“This makes it more important than ever that the government sticks to the timetable for reopening,” he said.

He added that additional grants will also make “little difference” if businesses are unable to access them due to state aid rules, and called for Government to “urgently” clarify whether funds will be affected by state aid.

Describing the measures as “broadly positive”, tampopo managing director David Fox said the devil would be in the detail.

For him, rent was yet again the elephant in the room: “There was nothing mentioned for landlords – many businesses will go bust is most historic rents are claimed.”

Praising the certainty the Budget provides, McMullen’s joint MD Heydon Mizon also urged action from the Government to raise the state aid limit, “and enact it quickly – reducing friction is critical to get this month where is can help businesses starved of cash”.

While opposed to the corporation tax hike, Mizon said the capex deduction looks “very interesting”.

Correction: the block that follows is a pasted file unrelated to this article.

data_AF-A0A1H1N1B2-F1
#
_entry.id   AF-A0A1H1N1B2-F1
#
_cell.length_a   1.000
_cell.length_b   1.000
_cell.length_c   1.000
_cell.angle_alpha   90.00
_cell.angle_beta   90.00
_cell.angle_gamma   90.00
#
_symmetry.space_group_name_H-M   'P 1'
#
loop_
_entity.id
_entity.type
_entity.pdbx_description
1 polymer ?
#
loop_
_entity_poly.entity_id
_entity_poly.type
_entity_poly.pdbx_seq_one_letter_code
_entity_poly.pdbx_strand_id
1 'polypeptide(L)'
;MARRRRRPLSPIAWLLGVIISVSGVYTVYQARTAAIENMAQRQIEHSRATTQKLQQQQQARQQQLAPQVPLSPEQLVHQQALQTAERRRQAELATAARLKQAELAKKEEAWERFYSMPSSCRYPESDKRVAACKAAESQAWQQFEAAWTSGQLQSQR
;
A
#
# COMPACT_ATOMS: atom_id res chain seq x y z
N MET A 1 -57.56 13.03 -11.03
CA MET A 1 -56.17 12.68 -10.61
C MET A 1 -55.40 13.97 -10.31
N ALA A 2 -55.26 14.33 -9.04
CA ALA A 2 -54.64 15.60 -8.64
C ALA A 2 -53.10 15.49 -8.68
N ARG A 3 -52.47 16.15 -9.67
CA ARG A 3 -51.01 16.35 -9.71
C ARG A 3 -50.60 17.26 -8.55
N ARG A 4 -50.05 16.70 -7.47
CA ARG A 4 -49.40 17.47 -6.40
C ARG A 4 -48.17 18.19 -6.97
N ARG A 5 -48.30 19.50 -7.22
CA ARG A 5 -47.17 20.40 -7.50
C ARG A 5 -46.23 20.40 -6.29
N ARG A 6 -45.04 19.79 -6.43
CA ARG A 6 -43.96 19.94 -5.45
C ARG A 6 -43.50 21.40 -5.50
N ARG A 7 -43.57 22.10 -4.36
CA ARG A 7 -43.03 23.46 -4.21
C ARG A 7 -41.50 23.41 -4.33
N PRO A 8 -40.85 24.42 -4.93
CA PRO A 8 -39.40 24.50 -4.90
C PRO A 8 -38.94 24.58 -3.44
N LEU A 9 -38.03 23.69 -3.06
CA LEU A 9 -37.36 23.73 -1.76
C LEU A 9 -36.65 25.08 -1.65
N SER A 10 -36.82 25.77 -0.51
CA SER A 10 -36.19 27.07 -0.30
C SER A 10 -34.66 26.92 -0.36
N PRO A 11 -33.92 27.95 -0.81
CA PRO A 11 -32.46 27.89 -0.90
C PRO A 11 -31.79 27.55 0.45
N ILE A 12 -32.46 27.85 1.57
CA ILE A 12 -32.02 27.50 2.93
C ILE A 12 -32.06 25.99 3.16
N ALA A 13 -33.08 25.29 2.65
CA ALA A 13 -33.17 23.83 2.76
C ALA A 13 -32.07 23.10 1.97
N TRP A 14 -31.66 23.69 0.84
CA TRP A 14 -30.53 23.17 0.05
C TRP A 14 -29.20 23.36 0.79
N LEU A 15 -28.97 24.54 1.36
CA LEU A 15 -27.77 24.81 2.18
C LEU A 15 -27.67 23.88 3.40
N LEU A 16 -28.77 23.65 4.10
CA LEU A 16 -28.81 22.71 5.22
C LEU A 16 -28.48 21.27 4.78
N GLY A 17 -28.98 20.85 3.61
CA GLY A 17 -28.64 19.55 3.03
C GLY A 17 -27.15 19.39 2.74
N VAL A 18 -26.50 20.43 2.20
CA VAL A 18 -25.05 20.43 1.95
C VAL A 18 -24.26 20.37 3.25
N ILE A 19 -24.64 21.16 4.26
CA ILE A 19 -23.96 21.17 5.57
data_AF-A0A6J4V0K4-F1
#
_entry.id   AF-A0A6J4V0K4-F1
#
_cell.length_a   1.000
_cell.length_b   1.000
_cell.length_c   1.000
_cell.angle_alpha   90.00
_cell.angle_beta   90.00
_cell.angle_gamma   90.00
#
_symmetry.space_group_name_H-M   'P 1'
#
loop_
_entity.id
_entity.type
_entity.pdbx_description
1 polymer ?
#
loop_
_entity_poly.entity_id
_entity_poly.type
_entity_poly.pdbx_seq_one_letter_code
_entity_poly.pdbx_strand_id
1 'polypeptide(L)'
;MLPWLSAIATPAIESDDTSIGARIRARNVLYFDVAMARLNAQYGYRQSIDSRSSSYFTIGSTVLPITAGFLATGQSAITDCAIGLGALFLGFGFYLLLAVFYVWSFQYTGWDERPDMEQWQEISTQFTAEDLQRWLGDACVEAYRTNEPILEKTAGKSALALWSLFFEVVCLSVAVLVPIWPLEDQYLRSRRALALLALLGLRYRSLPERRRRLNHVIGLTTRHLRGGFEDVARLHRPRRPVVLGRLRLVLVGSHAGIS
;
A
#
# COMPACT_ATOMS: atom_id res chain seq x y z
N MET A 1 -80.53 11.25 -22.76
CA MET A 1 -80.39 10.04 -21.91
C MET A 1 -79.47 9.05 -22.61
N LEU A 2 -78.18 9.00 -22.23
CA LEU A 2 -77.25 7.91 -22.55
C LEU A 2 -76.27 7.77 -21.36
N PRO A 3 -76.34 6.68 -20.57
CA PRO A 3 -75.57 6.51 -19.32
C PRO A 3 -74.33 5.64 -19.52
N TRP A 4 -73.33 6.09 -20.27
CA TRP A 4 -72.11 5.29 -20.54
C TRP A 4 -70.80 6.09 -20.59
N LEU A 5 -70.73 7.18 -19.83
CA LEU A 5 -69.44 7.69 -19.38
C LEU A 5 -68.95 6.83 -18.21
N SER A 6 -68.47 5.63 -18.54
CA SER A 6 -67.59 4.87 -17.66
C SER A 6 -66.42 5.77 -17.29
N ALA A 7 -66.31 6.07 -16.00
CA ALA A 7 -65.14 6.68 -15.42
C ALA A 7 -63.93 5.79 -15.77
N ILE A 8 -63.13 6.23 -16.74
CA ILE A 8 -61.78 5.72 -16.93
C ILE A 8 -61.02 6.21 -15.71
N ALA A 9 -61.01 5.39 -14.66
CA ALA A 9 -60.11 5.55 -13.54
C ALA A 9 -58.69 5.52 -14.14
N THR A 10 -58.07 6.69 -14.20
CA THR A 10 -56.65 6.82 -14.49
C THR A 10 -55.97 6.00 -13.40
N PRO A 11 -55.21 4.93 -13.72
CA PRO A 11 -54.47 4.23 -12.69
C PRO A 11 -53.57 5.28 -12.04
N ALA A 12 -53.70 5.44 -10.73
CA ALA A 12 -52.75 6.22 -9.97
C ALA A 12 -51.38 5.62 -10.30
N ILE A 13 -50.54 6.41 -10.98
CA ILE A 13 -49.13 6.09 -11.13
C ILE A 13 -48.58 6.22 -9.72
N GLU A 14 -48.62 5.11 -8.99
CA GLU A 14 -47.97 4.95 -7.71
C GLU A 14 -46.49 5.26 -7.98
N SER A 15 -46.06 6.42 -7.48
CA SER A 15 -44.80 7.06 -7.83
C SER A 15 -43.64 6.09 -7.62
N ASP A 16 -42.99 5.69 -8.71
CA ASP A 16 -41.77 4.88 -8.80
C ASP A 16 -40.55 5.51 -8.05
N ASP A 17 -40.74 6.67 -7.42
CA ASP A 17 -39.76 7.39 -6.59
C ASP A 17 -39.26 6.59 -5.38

“It’s a knotty challenge but I just can’t wait to be open and focusing on our team and guests, we will make the best of what we have,” he added.

Hawthorn CEO Mark Davies was less optimistic, saying the Budget “falls far short of the measures we were hoping for” particularly on business rates and VAT, which would put community pubs at risk of closure.

“Our priority remains to protect our people and our pubs, and we will continue to work hand-in-hand with our pub partners, helping them apply for grants, and providing our own bespoke support packages to ensure they not only survive lockdown, but Bounce back when they reopen.”

Star Pubs & Bars Managing Director Lawson Mountstevens welcomed the package of support, particularly the grant scheme, which provides a “much-needed lifeline to an industry on its knees”.